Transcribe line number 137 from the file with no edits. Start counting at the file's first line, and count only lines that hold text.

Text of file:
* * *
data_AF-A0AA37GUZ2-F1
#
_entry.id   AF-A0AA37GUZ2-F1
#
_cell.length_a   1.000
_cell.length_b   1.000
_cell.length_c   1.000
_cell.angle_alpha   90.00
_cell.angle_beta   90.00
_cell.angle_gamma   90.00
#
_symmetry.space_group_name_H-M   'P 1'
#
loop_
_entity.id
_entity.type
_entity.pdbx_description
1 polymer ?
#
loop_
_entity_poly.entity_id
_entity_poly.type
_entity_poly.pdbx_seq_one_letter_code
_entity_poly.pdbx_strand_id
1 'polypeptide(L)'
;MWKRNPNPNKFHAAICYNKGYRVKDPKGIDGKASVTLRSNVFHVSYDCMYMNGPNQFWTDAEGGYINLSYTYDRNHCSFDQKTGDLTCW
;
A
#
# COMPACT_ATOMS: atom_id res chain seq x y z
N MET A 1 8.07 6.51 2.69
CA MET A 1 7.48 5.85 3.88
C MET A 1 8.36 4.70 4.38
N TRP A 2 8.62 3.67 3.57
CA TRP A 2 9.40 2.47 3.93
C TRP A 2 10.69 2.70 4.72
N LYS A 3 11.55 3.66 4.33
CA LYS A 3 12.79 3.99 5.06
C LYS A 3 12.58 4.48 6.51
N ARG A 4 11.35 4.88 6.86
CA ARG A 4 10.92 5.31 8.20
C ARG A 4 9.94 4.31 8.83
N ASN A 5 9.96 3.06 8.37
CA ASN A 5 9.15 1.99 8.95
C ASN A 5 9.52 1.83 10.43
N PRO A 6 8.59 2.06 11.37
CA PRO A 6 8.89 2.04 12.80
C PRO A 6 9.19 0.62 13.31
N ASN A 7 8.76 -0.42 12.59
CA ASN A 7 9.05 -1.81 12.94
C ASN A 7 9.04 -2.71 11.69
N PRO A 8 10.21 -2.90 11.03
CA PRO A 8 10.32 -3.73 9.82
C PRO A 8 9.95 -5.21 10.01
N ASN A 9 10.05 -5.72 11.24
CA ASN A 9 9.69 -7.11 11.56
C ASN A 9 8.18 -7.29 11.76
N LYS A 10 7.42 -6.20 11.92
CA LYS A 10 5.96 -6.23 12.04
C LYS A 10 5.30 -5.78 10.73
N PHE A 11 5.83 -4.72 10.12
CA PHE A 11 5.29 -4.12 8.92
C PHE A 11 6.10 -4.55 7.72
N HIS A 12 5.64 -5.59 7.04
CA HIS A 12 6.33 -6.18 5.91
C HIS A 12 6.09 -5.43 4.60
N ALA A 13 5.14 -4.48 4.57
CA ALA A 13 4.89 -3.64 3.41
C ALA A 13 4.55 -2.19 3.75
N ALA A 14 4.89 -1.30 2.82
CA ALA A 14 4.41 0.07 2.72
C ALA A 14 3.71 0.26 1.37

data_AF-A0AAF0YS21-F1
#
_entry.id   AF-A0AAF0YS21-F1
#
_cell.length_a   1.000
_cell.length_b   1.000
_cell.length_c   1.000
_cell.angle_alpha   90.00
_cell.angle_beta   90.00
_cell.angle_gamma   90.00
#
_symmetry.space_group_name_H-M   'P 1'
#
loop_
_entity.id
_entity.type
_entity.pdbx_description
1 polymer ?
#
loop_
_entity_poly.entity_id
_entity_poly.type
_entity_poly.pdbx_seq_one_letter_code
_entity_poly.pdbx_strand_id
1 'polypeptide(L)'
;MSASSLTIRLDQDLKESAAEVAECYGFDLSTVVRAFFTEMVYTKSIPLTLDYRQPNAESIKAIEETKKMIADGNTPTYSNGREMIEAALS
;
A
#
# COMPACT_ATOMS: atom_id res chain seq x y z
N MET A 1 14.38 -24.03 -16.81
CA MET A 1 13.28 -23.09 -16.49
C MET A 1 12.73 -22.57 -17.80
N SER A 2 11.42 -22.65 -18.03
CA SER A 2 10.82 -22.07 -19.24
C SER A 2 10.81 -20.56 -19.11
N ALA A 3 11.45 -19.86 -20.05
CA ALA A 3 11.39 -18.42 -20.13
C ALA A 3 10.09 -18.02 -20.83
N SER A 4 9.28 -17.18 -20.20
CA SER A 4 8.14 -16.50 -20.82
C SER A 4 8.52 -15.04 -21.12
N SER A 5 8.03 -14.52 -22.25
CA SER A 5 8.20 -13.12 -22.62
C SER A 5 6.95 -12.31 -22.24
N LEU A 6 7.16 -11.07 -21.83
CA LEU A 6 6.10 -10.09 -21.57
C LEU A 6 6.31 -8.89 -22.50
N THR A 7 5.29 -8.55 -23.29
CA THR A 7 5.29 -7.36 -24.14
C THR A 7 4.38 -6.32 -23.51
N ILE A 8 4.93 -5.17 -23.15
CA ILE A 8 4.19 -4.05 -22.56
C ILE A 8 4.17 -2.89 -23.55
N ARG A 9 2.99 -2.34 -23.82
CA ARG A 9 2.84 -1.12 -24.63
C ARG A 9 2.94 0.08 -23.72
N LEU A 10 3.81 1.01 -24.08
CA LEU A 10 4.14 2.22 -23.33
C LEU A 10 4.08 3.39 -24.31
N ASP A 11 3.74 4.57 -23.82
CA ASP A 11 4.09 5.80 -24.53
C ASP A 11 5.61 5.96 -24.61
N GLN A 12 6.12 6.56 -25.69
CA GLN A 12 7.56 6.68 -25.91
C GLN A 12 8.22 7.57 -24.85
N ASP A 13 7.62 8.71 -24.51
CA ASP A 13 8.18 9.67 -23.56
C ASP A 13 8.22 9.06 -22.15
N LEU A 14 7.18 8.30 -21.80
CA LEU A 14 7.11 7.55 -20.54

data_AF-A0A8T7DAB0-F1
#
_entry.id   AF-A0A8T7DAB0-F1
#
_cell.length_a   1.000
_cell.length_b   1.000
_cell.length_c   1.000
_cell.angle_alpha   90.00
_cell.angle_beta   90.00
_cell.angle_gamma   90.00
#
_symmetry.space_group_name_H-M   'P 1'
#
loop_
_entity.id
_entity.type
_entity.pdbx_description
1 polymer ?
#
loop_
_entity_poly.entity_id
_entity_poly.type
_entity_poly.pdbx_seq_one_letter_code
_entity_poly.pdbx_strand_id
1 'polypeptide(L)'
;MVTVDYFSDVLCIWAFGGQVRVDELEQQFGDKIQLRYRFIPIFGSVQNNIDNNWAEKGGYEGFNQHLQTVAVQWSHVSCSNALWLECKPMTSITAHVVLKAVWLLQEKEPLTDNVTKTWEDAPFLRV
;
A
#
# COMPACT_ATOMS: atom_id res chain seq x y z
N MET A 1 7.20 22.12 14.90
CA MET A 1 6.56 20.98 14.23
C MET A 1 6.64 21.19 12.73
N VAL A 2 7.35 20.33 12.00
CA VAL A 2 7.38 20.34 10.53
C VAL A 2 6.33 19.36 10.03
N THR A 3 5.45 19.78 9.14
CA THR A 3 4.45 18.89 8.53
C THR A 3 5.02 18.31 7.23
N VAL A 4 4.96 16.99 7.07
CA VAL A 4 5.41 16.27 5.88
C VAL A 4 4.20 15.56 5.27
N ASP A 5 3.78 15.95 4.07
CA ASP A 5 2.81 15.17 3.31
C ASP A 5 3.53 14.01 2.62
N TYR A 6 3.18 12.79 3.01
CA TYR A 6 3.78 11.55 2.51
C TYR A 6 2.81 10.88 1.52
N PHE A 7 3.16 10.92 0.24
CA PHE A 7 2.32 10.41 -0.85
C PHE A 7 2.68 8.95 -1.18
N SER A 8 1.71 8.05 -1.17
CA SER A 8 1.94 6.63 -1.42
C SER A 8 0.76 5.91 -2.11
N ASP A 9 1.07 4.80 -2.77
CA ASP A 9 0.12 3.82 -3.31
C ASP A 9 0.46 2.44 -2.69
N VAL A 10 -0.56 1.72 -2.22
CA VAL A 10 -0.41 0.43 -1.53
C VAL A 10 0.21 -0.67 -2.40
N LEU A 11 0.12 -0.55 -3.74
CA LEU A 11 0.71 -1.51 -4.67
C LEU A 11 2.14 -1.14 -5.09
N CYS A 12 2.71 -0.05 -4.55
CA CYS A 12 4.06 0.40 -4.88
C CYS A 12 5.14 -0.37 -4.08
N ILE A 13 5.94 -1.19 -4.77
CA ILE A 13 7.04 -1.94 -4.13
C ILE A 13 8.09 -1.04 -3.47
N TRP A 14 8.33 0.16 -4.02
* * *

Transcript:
CA GLN A 12 7.56 6.68 -25.91